There's about a 50/50 chance that you, the individual reading this article, are comfortable with the NSA tracking your phone to fight terrorism. The rest of you have flushed your 4G down the toilet and are currently curled up on your porch with a copy of 1984.
Still not sure whether it's the sad truth, the happy truth, or just the plain truth, but a new poll found that the NSA phone tracking program is "acceptable" to 56 percent of Americans. Over half of us are totally cool with the National Security Agency secretly tracking everyone's phone records to investigate terrorism.
If you're on the pro-privacy side of the fence, 56 percent might seem depressingly high, but statistically speaking, it's only a slim majority over the 41 percent who find the NSA's phone tracking completely "unacceptable."
But why the disparity? Believe it or not, Americans are actually divided right down the middle on most issues. Never saw that coming, did you?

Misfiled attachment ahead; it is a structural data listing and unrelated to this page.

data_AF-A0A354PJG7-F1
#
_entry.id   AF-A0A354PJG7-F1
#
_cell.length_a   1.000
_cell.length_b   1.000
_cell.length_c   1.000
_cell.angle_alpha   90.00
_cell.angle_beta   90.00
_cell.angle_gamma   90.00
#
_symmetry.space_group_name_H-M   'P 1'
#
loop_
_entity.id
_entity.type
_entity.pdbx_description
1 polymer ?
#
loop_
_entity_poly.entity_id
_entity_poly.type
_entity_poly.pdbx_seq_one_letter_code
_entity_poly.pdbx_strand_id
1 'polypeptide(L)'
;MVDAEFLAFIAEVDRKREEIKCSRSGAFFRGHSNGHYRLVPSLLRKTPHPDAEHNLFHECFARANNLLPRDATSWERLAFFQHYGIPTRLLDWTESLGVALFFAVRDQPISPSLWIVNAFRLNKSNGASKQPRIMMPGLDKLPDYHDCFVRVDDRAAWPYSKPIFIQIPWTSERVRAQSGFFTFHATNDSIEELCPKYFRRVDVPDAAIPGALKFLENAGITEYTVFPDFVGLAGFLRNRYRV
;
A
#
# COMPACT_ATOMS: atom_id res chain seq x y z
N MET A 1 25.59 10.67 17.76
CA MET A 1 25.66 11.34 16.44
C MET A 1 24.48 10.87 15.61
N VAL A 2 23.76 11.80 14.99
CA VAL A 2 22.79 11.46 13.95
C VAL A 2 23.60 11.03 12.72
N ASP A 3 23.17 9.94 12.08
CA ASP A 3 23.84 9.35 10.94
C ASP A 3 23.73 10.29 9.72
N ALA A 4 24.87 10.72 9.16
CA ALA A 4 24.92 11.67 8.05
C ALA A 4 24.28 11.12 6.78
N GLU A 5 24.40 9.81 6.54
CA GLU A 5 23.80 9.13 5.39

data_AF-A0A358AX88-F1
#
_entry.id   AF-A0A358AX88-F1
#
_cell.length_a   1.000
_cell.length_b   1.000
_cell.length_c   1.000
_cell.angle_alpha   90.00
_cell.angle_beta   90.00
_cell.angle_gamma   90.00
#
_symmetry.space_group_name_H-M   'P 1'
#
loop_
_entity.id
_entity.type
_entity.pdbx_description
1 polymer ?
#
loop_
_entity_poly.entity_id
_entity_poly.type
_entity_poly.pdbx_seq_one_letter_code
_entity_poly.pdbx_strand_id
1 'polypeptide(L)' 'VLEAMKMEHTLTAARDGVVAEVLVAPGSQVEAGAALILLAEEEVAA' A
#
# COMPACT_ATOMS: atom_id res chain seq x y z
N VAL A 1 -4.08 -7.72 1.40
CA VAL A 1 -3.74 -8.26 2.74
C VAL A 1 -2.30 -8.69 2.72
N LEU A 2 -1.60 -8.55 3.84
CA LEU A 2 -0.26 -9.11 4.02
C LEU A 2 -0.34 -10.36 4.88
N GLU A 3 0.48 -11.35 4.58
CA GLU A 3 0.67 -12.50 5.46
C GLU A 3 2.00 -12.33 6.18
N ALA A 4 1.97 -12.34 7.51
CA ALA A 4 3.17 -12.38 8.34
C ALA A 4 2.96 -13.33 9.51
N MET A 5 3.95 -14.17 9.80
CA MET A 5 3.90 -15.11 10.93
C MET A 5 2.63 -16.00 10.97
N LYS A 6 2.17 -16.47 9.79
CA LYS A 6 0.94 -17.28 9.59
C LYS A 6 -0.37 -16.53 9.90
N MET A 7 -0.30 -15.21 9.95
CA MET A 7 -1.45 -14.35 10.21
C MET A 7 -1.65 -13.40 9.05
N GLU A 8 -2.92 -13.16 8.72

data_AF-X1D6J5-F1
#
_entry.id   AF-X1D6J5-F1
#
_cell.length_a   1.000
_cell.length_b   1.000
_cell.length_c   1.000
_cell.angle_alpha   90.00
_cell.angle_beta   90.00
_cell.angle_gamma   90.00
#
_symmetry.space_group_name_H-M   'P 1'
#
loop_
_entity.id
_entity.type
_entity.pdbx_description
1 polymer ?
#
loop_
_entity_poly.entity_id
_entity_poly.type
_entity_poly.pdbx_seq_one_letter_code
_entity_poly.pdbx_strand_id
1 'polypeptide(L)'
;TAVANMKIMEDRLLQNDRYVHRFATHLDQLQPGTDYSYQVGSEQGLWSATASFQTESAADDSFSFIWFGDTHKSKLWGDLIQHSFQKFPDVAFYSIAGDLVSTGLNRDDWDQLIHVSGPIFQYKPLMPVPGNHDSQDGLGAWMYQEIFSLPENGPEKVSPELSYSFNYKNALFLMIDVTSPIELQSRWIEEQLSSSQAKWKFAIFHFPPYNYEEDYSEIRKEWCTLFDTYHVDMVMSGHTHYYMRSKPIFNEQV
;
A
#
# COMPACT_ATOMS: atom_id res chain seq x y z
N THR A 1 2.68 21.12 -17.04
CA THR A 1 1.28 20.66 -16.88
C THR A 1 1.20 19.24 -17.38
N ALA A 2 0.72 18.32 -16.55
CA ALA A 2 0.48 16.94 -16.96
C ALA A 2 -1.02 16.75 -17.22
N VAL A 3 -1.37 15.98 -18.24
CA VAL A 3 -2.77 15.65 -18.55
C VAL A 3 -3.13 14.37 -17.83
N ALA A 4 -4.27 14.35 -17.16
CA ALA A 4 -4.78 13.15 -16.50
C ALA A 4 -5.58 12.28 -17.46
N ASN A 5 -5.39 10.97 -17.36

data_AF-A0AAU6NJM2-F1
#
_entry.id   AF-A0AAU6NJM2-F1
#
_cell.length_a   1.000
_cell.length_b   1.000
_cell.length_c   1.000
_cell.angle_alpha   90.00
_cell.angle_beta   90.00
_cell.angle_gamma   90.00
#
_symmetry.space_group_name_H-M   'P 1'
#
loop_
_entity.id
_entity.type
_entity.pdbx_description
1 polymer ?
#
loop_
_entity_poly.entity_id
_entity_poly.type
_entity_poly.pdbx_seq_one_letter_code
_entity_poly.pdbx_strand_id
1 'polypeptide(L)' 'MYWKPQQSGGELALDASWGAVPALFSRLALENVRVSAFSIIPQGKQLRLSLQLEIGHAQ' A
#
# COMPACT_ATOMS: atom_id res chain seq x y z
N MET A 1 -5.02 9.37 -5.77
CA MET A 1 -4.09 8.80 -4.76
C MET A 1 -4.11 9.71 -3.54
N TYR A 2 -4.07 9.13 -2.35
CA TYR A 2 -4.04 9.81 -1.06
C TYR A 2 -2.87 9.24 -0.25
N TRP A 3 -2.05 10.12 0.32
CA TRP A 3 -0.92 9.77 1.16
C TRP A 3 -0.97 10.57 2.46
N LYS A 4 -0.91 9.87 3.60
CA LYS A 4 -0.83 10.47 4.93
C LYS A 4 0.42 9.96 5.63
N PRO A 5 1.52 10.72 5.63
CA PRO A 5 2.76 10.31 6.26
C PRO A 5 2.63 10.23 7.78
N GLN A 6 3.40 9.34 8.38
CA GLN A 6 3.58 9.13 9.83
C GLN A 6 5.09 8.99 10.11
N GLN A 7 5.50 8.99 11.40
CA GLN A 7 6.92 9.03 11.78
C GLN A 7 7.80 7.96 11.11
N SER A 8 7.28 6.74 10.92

Kidding aside, it's the classic" freedom vs. security" thing. Americans right now are more afraid of potential terrorist threats than they are concerned with invasions of their personal privacy.
These opinions haven't changed much since a 2006 survey on the same subject. Furthermore, there's only a modest partisan difference on the issue.
Over half of Democrats are comfortable with the NSA phone tracking program (69 percent) with 62 percent of Republicans and 59 percent of independents agreeing.
A small ray of sunshine for the pro-privacy crowd: Younger people are more likely by far to prioritize privacy over protection against terrorism. However, only 12 percent of that same group said that they're following the NSA phone tracking story closely.
What do you think? Is the NSA's phone tracking "acceptable" to you? Why or why not? You can read the rest of the Washington Post / Pew poll here.
[Image via: Evlakhov Valeriy / Shutterstock]